Beit Al Wali

It is located South of Aswan High Dam, near Kalabsha temple in New Kalabsha area, at Aswan. It is considers one of Ramesses II Nubian monumentIt was built to dedicate to God Amon and other Gods. Beit el-Wali was rescued from Lake Nasser by a Polish archaeological team financed by a joint Oriental Institute of Chicago/Swiss Institute of Cairo Project.

Beit Al Wali
Beit Al Wali

Location:

It is located South of Aswan High Dam, near Kalabsha temple in New Kalabsha area, at Aswan.

Who built it?
It is considers one of Ramesses II Nubian monument.


Why it was built?
It was built to dedicate to God Amon and other Gods.

Explanation:

Beit el-Wali was rescued from Lake Nasser by a Polish archaeological team financed by a joint Oriental Institute of Chicago/Swiss Institute of Cairo Project.

The temple itself was built on a symmetrical cruciform plan. It is consisted of a deep hall, a transverse antechamber with two columns and a sanctuary. Known as a speos, the temple was mostly hewn from the surrounding rock, except for the front wall of the deep hall with its central doorway.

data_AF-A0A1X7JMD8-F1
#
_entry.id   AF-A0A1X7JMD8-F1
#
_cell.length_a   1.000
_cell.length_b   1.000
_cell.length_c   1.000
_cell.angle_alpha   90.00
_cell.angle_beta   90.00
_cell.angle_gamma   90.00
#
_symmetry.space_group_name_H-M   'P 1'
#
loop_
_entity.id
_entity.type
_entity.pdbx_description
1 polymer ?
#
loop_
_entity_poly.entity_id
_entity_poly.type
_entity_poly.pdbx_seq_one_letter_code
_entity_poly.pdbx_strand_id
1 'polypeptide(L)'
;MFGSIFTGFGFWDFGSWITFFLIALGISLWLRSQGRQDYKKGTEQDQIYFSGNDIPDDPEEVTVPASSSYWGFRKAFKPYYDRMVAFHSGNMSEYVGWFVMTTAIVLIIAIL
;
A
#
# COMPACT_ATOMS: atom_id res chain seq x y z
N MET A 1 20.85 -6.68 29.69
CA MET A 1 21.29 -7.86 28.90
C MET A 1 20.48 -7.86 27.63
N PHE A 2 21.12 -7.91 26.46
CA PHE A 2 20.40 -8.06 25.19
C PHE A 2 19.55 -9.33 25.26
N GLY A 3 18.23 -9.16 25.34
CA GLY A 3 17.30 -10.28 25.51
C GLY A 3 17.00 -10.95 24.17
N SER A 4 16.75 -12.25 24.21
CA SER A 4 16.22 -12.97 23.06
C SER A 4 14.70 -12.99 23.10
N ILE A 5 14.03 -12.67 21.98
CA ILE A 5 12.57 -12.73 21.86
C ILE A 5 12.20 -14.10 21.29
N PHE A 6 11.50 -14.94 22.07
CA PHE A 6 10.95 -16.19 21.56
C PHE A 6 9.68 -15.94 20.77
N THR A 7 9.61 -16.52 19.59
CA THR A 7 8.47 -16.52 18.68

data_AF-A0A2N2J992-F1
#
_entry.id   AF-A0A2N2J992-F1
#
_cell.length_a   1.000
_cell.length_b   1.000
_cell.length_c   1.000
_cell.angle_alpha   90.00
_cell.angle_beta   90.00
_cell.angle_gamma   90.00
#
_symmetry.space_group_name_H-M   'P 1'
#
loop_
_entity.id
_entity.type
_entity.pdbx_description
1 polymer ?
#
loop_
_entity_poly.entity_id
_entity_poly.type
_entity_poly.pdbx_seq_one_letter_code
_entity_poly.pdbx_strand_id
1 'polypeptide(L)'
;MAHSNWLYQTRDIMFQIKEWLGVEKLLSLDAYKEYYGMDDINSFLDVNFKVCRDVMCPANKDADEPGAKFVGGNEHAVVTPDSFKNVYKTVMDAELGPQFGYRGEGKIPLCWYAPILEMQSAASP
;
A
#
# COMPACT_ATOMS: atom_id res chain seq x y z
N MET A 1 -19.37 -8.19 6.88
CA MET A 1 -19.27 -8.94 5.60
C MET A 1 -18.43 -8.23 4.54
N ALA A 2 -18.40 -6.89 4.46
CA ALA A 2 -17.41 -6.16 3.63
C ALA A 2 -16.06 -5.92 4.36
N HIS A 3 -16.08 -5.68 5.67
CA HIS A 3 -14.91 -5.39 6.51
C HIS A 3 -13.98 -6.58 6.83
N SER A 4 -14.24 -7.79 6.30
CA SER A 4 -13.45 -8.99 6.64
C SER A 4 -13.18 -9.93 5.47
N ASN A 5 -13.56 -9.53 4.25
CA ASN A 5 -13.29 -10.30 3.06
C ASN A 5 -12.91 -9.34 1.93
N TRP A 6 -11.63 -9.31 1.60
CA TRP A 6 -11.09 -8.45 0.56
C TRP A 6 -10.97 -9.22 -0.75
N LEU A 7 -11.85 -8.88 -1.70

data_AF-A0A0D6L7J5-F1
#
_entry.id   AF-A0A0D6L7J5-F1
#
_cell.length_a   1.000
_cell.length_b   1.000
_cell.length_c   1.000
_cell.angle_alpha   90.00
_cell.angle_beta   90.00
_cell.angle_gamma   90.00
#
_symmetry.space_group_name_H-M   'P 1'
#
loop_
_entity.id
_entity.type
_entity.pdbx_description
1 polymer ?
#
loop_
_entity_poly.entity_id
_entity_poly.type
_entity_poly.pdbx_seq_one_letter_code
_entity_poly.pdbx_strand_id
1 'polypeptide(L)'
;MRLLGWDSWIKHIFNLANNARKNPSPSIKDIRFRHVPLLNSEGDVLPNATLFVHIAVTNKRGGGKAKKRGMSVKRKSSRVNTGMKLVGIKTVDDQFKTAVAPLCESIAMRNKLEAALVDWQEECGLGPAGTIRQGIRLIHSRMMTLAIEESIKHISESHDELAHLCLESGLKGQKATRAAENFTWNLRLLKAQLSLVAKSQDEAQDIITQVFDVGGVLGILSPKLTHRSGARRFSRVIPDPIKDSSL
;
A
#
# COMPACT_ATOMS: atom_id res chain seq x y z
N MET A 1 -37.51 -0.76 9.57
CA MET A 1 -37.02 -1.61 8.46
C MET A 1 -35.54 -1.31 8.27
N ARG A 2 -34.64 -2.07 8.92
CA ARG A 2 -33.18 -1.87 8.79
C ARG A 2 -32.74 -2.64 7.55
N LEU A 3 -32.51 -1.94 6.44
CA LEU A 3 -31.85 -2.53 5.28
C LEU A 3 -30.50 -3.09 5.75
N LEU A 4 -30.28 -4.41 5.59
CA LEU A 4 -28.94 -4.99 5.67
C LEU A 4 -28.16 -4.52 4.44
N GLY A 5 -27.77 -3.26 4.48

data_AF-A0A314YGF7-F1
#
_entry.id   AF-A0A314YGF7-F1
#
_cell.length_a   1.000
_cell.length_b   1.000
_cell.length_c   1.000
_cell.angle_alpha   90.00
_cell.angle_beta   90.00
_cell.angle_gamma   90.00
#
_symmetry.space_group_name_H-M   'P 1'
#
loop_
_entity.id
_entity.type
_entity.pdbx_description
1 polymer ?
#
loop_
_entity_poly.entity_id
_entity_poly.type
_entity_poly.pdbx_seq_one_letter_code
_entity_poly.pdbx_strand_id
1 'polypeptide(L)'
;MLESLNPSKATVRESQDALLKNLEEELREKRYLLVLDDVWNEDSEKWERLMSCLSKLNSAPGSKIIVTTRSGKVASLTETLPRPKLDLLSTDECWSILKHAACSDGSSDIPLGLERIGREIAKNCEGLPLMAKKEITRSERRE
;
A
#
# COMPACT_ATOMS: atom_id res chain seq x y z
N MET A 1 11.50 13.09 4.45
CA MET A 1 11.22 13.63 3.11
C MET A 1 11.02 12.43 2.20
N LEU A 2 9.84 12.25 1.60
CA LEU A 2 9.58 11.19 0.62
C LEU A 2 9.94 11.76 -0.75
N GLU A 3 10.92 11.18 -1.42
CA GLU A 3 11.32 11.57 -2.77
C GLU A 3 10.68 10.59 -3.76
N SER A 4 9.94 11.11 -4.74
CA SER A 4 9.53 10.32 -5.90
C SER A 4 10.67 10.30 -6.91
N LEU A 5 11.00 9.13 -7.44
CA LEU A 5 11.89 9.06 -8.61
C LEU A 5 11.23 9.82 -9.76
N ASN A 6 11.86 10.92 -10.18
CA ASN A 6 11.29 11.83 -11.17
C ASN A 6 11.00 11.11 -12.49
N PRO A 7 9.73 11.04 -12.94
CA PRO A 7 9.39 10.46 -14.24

There are reliefs on the deep hall considerable historic value because they provide depictions of the Syrian, Libyanand Ramesses II's triumph over the Nubians. The scenes of the Nubian campaigns depict several sons of Ramesses II engaged in the battle.

There is a central doorway, which was later added, that communicates with a transverse antechamber. Its rock ceiling is supported by two architrave oriented north-south, supported by two sturdy fluted columns. These columns are rather unusual, being a type known as "proto-Doric", with four vertical plane sides, inscribed, having entices, a blank horizontal fillet at the top, and a square abacus.

At each end of this transverse hall in the rear wall is a niche containing a statuary group consisting of Ramesses II between two deities, from the rear wall of the antechamber, a single doorway leads to the single sanctuary, in the rear wall of this chamber, a niche with three statues representing Ramesses II between two deities, is cut into the wall.

There are many opinions on the art on the temples. Archaeologists have suggested that there were as many as four stages of construction resulting in this small temple, and perhaps as many as three artists whose hands sculpted the walls. During the early Coptic era, the temple was transformed into a church.
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